Secret Cities Secret CitiesPink Graffiti
It all began with letters. MJ Parker and Charlie Gokey met, they liked each other, they exchanged mails and they started, each from his corner of North Dakota, to produce songs together, via bedroom tapes. They were only 15 years old, and they named their two-man band White Foliage. Three years later (in 2005), a friend put them in contact with the people from Fall Records, the label that released their first album, still as White Foliage, the homemade and poppy, modest scale, “Zurich”. From that first release five years have passed. Five years in which MJ Parker and Charlie Gokey have found a drummer (Alex Abnos) since they had no choice if they wanted to tour, as they did so, around the always-wild American Midwest. Five years in which their psychedelic grunge has matured and they've signed a record contract (with Western Vinyl) that has allowed their first album as Secret Cities, “Pink Graffiti”, to be something more than a handful of songs on a cassette tape.
And let's say that the eight years they used to develop their own sound have been worthwhile. Because Secret Cities sound like what they are: a band ready to play with whatever they have at hand (including samples, guitars, even good vibe handclaps to kick it off, a delicate “Pink City” that sounds like Arcade Fire but in Secret Cities version; that is, a daily epic) without forgetting to look back (the construction of each song, with overlapping vocals, is very Brian Wilson), but what can we except from a band that considers itself influenced by the The Ronettes? Something good, without a doubt. And the ten tracks that make up “Pink Graffiti” sound like little classics (whistles of melancholy and very retro, why not, spectacular “Boyfriends” is one of the best of an album of perfect moments). There is time for a calm evening (the ether of “Slacker”, and its crossed voices). The mystery of why the second part of the song that lends its name to the album, “Pink Graffiti pt.2”, appears before the first part (second to last, with a more visceral and danceable air; as if, perhaps “Pink Graffiti pt.1”, were the only shameless dance track of the disc) is not resolved; but yes, this second part, made of folk rags and modest electronic diversions (and lyrical content) is what best defines the sound of Secret Cities, a sort of dark psychedelic grunge made from pieces of granulated sound.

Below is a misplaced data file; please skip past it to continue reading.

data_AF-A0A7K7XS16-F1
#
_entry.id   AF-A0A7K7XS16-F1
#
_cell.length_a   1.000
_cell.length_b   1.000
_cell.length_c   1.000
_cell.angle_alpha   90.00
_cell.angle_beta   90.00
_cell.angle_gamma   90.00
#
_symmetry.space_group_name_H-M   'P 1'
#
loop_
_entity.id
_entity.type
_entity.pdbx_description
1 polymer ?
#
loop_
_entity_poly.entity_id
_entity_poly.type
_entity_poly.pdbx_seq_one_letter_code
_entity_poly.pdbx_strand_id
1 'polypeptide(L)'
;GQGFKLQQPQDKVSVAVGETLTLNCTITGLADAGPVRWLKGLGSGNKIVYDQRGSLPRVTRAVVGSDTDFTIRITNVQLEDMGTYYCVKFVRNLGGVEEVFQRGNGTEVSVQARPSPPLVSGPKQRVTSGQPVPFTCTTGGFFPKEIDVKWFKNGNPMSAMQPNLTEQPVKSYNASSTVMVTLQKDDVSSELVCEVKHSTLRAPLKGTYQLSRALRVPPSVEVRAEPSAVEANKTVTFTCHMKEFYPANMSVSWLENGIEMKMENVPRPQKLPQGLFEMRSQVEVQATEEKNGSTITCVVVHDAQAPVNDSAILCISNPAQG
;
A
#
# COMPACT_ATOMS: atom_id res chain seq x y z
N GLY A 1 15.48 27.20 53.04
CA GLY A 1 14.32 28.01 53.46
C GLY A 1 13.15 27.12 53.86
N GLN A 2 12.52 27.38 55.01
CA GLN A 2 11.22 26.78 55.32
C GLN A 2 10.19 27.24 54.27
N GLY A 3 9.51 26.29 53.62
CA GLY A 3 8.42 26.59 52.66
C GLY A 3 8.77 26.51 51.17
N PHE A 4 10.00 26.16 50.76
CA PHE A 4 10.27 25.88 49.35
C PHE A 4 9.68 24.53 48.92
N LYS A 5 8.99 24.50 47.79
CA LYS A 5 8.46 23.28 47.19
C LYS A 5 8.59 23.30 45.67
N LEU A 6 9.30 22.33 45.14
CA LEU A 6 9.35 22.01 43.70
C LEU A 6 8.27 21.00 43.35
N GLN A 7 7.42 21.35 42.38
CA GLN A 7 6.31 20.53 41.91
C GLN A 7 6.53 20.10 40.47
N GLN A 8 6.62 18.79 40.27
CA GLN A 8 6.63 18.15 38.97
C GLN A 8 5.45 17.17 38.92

So, Secret Cities are able to construct an ode to dead moments (the instrumental “Wander”) or to illuminate us with their bittersweet attempt at vital pop (very The Sundays, to be sure) in “Color” even scaring us with the dark, gloomy curiosity of Trent Reznor and his Nine Inch Nails for a band that cites the Ronettes as a reference , “Vamos A La Playa”, the album's most experimental cut. And that's because they have build a sound that is far from almost anything else, that promises to give even more surprises to any fan of music that goes a step further. Although yes, the closing, “The End”, is almost a fairy tale. A ghostly one, of course.
Secret Cities - Pink Graffiti, Part 1